"पीटर मेरे घर आया ।"
Translation:Peter came to my home.
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It's because 'मेरे घर' is in the 'oblique case' in this sentence. This is when a noun is the object of a postposition. This sentence does not have a postposition as such but 'को' (corresponding to the 'to' in the English sentence) is implicit which is why 'मेरे घर' is in the oblique case. The oblique form of मेरा is मेरे.
Use of "घर में" places emphasis on Peter having come 'inside' your house and is somewhat uncommon.
Generally, the postposition that is equivalent to the preposition 'to' is 'को'. However, it is often omitted when talking about a destination (eg: मैं बैंगलोर जा रहा हूँ -I am going to Bangalore).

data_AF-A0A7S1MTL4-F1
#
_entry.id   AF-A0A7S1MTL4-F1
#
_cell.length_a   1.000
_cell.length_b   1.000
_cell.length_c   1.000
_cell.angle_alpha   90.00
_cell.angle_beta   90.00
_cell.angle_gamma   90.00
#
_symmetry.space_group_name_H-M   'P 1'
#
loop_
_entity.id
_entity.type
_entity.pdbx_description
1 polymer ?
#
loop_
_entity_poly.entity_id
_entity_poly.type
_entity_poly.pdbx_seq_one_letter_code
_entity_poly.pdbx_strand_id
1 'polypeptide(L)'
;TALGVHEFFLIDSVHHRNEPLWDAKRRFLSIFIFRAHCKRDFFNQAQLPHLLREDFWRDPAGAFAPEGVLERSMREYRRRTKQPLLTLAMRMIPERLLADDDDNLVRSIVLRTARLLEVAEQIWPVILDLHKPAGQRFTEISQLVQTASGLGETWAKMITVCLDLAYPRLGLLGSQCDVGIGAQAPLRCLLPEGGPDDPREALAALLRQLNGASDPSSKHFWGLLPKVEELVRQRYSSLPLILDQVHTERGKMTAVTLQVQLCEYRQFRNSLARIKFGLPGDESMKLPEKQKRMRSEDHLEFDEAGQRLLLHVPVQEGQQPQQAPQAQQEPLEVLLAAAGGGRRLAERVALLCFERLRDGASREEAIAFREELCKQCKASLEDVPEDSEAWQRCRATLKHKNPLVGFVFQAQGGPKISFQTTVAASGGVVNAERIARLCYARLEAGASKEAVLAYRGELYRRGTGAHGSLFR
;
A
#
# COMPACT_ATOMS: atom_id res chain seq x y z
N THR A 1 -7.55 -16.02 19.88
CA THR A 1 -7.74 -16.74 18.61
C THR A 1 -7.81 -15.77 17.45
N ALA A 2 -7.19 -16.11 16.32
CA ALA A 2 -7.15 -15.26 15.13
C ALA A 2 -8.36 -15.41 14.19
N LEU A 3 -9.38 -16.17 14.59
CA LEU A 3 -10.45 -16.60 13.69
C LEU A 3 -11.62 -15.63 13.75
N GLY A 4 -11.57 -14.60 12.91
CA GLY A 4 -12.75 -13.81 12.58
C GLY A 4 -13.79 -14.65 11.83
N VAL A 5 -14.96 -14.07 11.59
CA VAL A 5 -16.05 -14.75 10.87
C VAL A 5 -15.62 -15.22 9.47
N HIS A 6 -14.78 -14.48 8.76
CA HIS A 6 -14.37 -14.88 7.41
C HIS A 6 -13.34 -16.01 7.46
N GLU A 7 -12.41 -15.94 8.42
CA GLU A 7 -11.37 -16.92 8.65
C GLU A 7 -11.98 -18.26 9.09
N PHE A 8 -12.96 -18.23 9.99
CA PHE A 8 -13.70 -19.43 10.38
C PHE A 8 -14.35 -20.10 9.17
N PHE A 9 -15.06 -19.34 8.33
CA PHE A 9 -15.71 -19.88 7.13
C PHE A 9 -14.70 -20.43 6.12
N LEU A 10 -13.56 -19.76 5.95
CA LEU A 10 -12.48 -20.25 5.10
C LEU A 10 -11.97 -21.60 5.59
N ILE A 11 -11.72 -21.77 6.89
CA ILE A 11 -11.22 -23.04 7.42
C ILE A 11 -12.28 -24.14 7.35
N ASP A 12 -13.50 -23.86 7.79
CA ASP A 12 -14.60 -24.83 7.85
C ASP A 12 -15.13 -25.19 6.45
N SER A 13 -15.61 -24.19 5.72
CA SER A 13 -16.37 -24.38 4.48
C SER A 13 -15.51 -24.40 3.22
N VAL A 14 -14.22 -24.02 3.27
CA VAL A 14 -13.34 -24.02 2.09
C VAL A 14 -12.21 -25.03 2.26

What about Peter came to mine? I know it's a bit of an assumption but...
Maybe due to my advanced age, but using 'home' in place of 'house', as in this sentence sounds faintly comic. I calls to mind real estate agents' sales blather. They always talk about selling 'homes' which is not actually possible. Only houses can be bought or sold. A buyer might make a house their home, or not. In my dialect this sentence would suggest that I don't live in a house, but rather some kind of home, like a home for the aged, a home for the disabled, etc. I have noticed that this genteelism has become more normal in America, though. So maybe I am just behind the times.